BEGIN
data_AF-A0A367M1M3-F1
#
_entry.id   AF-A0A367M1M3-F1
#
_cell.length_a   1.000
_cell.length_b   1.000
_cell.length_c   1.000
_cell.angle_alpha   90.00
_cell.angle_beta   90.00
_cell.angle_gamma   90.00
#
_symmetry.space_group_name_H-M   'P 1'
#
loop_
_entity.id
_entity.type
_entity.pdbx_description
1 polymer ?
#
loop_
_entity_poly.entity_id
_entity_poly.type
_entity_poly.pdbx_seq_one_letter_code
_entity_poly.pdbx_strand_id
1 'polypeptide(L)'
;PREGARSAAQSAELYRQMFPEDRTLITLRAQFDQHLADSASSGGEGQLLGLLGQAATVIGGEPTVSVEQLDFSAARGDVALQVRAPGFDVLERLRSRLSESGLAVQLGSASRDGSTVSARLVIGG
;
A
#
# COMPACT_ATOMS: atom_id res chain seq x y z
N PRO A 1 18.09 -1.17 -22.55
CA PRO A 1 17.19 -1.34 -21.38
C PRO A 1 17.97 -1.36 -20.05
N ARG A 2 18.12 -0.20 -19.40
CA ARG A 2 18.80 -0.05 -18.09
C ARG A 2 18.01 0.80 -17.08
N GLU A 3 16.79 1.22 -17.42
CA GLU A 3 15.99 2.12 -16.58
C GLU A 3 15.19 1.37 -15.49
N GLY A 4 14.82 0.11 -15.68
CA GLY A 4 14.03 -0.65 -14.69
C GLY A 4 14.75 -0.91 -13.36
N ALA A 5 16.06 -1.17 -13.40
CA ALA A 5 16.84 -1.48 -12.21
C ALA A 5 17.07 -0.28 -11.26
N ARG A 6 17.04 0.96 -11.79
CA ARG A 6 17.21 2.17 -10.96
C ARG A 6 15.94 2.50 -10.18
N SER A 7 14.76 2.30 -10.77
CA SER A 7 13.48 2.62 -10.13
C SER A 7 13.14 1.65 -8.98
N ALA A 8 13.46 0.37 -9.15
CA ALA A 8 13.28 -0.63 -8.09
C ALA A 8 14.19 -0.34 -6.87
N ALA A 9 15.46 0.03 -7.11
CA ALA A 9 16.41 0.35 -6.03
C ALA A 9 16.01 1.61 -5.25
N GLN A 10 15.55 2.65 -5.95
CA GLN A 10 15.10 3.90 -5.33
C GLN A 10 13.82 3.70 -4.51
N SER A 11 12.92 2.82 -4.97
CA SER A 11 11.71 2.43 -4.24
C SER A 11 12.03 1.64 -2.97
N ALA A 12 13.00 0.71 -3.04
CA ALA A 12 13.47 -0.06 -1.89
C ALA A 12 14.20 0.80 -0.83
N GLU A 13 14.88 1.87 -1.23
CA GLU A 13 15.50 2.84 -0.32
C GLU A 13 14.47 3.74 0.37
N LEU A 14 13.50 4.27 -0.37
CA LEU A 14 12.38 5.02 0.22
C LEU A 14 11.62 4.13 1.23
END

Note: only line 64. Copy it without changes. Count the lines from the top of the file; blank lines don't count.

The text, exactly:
N ALA A 12 13.00 0.71 -3.04